Mennel sees this coordinated effort by industry as a way to associate the house of the future with a certain kind of foolishness:
Clearly the trope of the miracle house was being forcibly associated with waste and failure, in order to protect the status quo and absolve corporations from the responsibility of bringing expensive visions into existence.
The U.S. government acknowledged the effort to kill the miracle house of tomorrow in a 1945 report from the Bureau of labour Statistics. If nothing else, the inevitable failure to deliver on over-the-top promises during the war would more or less fix itself:
An active effort to correct these impressions has been started through advertisements… It will be reinforced strongly by the postwar houses themselves which will be their own demonstration that the numerous irresponsible promises… cannot be met at present.
The labour Department also issued a 1945 report analysing the some 1400 new technological developments that had grown up during the war. The high cost of building materials of the future (one word: plastics!) were singled out with language to makes sure consumers remained level-headed: “The future of the plastics industry will be governed largely by economic factors,” the report explained. “The price per pound of most plastics remains higher than that of many materials with which plastics compete.”
The January 1945 issue of Architectural Forum applauded the, “understandable and sensible campaign of counter-propaganda leveled against the terrifying prospect of a market nourished during lean war years with gilt-edged, but worthless promises.”
What many Americans got after WWII was far from the miracle house of the future. There was nothing wrong with the “workingman’s house” for those soldiers returning from war, but they didn’t even come close to the promises being made just a few years earlier. Expectations were managed and modesty was in vogue. What constituted a house that was “futuristic” were developments that already existed before the war.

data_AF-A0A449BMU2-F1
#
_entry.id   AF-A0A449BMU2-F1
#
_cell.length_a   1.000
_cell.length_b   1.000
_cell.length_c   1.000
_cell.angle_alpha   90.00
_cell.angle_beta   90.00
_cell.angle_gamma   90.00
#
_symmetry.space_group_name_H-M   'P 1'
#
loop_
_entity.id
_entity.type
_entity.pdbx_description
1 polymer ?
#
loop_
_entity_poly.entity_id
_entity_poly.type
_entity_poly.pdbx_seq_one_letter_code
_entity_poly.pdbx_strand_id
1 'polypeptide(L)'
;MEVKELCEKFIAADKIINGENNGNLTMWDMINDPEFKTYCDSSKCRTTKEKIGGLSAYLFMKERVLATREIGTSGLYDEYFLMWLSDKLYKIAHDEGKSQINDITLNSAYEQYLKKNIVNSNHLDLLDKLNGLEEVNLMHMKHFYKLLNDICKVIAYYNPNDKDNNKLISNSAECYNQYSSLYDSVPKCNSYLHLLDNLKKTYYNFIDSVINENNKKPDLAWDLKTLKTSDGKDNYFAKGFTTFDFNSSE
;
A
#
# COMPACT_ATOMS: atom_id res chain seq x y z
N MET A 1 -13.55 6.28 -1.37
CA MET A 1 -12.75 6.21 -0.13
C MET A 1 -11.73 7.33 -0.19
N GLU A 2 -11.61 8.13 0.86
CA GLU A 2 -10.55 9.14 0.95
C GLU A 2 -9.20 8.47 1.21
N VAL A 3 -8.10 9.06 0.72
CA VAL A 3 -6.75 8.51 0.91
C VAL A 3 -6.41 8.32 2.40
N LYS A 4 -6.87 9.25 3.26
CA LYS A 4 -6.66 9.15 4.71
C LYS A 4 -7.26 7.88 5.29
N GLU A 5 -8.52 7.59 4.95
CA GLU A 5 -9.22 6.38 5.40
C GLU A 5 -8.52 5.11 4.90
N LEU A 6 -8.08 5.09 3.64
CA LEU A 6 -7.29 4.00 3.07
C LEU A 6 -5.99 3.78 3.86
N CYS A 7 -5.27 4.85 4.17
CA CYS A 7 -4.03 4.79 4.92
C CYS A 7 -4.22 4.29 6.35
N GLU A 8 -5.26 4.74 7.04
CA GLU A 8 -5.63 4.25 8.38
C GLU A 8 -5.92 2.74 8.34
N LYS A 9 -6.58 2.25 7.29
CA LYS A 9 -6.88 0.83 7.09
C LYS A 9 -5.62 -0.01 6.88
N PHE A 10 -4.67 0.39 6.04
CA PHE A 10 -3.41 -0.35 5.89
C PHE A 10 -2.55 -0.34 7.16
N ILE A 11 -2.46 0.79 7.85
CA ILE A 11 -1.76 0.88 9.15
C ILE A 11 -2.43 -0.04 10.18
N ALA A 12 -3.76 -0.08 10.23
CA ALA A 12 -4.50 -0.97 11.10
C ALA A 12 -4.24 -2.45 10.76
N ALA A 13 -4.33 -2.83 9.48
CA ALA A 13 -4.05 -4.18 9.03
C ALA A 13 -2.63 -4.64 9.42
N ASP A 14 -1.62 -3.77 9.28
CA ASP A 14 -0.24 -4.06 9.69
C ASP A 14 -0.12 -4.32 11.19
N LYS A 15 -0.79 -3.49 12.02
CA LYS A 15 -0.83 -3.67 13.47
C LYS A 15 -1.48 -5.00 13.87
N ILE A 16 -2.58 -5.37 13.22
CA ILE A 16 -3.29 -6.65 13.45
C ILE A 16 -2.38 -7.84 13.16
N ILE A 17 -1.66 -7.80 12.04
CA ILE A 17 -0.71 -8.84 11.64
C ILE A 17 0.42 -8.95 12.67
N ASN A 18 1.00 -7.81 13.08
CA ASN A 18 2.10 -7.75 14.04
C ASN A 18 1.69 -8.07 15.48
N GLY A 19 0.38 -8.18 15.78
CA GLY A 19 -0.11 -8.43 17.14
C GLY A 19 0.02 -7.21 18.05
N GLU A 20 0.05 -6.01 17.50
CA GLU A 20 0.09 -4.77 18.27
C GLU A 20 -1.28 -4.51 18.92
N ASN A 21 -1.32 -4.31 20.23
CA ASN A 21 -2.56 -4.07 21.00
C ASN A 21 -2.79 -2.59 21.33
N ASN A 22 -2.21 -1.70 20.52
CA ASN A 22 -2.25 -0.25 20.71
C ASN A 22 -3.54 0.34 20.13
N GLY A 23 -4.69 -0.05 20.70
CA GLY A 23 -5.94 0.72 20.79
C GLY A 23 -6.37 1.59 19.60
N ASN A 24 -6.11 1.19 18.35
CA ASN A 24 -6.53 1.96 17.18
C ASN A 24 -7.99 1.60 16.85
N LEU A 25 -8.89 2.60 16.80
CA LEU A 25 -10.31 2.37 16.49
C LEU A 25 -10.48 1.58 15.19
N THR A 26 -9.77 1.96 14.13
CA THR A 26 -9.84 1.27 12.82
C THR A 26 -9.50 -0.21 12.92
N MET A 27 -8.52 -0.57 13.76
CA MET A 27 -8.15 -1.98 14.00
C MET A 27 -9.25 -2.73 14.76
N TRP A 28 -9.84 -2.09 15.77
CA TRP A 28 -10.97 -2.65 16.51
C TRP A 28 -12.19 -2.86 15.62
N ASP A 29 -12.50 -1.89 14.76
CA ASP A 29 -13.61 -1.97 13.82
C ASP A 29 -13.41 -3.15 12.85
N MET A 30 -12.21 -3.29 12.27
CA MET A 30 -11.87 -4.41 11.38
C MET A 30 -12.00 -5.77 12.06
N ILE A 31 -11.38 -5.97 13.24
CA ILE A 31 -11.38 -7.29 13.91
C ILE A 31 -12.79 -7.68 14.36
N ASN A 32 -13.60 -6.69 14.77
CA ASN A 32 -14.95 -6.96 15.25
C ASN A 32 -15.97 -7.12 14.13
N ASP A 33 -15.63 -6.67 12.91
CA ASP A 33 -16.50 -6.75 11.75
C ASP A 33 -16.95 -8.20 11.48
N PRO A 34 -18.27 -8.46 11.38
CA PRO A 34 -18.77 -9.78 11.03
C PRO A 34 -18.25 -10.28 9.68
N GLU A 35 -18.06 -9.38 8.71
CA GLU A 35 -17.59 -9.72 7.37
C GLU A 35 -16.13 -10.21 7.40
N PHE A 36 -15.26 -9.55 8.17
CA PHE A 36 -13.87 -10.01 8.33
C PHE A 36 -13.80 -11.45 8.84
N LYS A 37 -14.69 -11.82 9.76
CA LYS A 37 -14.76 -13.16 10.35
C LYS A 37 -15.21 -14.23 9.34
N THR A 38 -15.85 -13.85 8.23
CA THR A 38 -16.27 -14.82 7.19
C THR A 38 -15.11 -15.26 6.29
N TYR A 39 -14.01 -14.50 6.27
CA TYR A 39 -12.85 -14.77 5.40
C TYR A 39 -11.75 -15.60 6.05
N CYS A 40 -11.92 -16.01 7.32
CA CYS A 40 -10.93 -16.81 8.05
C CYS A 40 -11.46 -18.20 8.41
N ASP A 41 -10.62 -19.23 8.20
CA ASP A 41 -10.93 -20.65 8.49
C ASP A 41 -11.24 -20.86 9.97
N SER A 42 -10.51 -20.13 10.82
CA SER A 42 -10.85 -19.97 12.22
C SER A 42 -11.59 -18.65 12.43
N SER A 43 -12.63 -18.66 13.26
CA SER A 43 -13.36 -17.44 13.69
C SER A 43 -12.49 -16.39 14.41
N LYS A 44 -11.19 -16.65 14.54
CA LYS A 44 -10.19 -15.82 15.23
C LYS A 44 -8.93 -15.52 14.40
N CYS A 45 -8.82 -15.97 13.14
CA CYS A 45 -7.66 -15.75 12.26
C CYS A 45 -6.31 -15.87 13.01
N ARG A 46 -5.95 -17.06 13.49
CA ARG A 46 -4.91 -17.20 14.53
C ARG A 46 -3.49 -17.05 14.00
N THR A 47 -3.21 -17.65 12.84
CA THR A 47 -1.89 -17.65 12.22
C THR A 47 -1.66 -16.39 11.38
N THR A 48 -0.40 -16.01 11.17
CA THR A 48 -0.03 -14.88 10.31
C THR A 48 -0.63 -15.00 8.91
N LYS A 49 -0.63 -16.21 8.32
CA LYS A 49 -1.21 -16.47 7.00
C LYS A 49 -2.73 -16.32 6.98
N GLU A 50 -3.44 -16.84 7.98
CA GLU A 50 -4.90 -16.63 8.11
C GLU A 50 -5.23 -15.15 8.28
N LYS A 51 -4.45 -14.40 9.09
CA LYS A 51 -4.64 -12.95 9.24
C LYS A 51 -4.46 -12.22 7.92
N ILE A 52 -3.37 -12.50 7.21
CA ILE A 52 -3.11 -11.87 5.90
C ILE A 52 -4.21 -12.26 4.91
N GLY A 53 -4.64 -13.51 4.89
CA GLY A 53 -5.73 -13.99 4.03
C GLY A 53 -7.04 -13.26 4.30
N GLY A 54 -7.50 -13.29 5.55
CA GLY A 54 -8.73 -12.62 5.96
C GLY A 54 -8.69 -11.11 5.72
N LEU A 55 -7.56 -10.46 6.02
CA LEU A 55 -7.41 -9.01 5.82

This modesty, as Mennel contends, was made to look like the only obvious and rational choice for red-blooded Americans in the mid-1940s. You don’t want to be irrational, do you? All those futuristic advancements we promised were just a bit of puffery. Be reasonable, they insisted.
The broad success of such claims relied on convincing individuals that their spatial pursuit of happiness was in fact not part of a larger program of industrial organisation and domination but merely an expression of their own communally grounded, rational, and socially validated needs and wants.
We may have promised you the miracle house of tomorrow, but we know what you really want.
The push-and-pull between companies that promised the moon, and organisations that wanted to deliver something more like a slideshow presentation of the moon, didn’t stop in 1945. In fact, the most techno-utopian promises of the 20th century would arrive in the following decade once America had bounced back from its postwar recession.
But while people of the 21st century might lament their lack of whatever they were promised — a flying car or jetpack or hoverboard or a living wage — yours is not the first generation to be betrayed by promises of the future.
First two images: November 1944 issue of Pencil Points magazine, Bottom image: postwar Home-Ola brand house via Timothy Mennel’s 2005 paper, “Miracle House Hoop-La”